Over the course of the last two weeks, members from the Shark Research and Conservation Program traveled to Cat Island, The Bahamas, for the 7th annual oceanic whitetip shark tagging expedition. This project, which started in 2011, has partnered with various institutions over the years in order to better understand the movements, behavior, and physiology of this severely threatened pelagic species. This year, partnering with the Anderson Cabot Center for Ocean Life at the New England Aquarium, University of North Florida, Microwave Telemetry, photographer and videographer Andy Mann, Google Expeditions, and the Moore Charitable Foundation, the team explored the physiological effects of capture in addition to the continued tagging and sampling efforts.
Despite the historical abundance of oceanic whitetip sharks, this species has undergone drastic declines leading to a ‘Critically Endangered’ status in the Northwest Atlantic. Cat Island remains one of the few destinations where this species can be found reliably and in large numbers, despite still low population numbers. Past expeditions to Cat Island have produced details of movement and migratory patterns, reproductive status, site fidelity, and genetic structure for the species, providing a better understanding of the population and contributing to conservation efforts.
This year, the team successfully sampled 27 whitetips and deployed 9 high rate pop off archival satellite tags (PSATs) that record temperature, depth and location at a 2 minute resolution for 12 days. This data, complimented by blood chemistry analysis and accelerometer data, will be used by Dr. John Mandelman, PhD. candidate Ryan Knotek and Dr. Jeff Kneebone of the Anderson Cabot Center for Ocean Life as part of a study on capture stress and post-release behavior in the species. With this study, information will be extrapolated to determine the impacts of recreational and commercial fisheries on whitetip populations.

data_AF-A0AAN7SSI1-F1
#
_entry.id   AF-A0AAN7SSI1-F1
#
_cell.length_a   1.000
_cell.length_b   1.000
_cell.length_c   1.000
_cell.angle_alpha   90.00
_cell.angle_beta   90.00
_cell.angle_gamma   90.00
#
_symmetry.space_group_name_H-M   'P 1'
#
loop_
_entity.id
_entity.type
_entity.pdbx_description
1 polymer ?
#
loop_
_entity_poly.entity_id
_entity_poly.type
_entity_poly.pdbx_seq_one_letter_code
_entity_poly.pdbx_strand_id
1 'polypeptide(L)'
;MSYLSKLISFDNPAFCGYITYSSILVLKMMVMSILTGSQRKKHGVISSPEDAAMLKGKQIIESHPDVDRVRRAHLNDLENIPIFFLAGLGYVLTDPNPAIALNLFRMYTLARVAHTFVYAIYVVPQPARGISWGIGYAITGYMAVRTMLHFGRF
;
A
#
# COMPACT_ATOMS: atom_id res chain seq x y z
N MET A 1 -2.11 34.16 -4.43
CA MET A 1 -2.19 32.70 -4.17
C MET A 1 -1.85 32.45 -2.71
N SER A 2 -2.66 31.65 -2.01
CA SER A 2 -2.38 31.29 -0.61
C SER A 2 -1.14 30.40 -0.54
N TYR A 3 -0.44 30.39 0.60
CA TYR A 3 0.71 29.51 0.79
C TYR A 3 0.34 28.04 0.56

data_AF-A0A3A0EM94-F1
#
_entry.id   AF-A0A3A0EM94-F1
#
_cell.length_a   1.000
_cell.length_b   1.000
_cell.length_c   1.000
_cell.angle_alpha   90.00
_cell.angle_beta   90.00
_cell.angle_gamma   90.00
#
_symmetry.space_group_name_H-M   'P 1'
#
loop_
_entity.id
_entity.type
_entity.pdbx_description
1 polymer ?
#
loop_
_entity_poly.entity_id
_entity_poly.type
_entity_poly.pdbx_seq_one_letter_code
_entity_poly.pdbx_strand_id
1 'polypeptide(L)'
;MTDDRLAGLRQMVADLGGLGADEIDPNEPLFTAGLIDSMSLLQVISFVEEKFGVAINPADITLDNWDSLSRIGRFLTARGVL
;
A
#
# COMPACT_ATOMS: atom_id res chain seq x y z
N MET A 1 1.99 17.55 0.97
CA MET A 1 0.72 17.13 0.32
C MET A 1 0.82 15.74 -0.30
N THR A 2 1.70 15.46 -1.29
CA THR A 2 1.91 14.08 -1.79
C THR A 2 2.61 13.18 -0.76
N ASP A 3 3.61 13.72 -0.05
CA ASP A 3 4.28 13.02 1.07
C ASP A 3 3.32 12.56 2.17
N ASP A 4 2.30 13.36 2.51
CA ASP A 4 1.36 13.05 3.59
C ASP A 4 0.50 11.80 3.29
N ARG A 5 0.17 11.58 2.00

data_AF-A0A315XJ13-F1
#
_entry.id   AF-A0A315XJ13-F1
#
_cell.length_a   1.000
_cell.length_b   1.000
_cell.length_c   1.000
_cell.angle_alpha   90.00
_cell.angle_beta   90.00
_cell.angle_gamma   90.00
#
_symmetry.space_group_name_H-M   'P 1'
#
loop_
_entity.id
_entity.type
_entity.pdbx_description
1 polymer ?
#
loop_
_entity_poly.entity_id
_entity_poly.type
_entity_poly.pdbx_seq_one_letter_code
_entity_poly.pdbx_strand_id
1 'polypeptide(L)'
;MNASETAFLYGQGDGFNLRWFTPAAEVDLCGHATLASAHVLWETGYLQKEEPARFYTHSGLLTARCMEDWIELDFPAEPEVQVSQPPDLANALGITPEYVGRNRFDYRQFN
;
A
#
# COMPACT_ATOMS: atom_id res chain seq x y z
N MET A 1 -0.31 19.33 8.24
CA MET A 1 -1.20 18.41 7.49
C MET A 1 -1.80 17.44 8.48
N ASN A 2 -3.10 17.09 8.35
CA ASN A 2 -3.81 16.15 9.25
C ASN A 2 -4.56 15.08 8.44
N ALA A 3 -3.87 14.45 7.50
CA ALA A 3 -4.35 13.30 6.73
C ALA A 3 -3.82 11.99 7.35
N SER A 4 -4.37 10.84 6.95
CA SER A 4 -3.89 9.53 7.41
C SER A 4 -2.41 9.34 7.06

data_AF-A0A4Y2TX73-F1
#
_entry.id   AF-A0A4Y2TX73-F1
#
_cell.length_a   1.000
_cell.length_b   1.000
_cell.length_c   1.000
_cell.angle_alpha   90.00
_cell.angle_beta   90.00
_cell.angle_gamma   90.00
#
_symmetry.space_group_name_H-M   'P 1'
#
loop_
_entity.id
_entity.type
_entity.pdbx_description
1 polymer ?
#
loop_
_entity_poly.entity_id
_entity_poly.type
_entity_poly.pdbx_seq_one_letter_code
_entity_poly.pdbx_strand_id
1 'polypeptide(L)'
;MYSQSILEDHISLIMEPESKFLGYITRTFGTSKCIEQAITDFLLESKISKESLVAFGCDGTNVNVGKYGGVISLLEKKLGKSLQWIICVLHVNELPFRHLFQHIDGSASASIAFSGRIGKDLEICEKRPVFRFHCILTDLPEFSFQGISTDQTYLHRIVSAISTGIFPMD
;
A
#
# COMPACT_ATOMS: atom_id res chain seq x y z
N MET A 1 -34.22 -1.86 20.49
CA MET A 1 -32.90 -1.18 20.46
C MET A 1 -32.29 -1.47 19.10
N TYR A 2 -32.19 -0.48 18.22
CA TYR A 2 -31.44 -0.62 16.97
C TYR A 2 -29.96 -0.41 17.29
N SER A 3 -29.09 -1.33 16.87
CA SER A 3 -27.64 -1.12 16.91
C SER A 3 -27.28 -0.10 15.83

Fourteen standard rate PSATs were deployed onto pregnant females that record the same information at 15 minute – 1 hr resolution for up to 9 months, allowing for insight into the reproduction cycles and pupping grounds of the species. Pregnancy was determined by Dr. James Gelsleichter and Masters candidate Chelsea Shields from University of North Florida, who performed ultrasounds on potentially pregnant individuals. Tissue samples were also collected from each shark to be used for niche width and diet comparisons, as well as continued analysis of population connectivity and structure.
In addition to collecting data contributing to the conservation of the species, this expedition also explored a new means of education to be implemented in The Bahamas and available globally. In collaboration with Andy Mann and Google Expeditions, CEI developed a virtual reality lesson plan highlighting the importance of healthy shark populations and the need for conservation and research. This lesson plan will be implemented by CEI in classrooms across The Bahamas, and will be available to the public following release to Google Expeditions.
Each year, this expedition explores new aspects of research, conservation, and education; we are delighted with the success of the most progressive year yet, and we thank our collaborators and funders for making this expedition possible. Thank you also to all who helped execute the study: Lucy Howey-Jordan, Dr. Lance Jordan, Debbie Abercrombie, Sean Williams, Dr. Edd Brooks, Annabelle Brooks, Dr. Mark Bond, Dr. John Mandelman, Ryan Knotek, Dr. Jeff Kneebone, Dr. James Gelsleichter, Maggie Winchester, Oliver Shipley, Brendan Talwar, Chelsea Shields, and Andy Mann.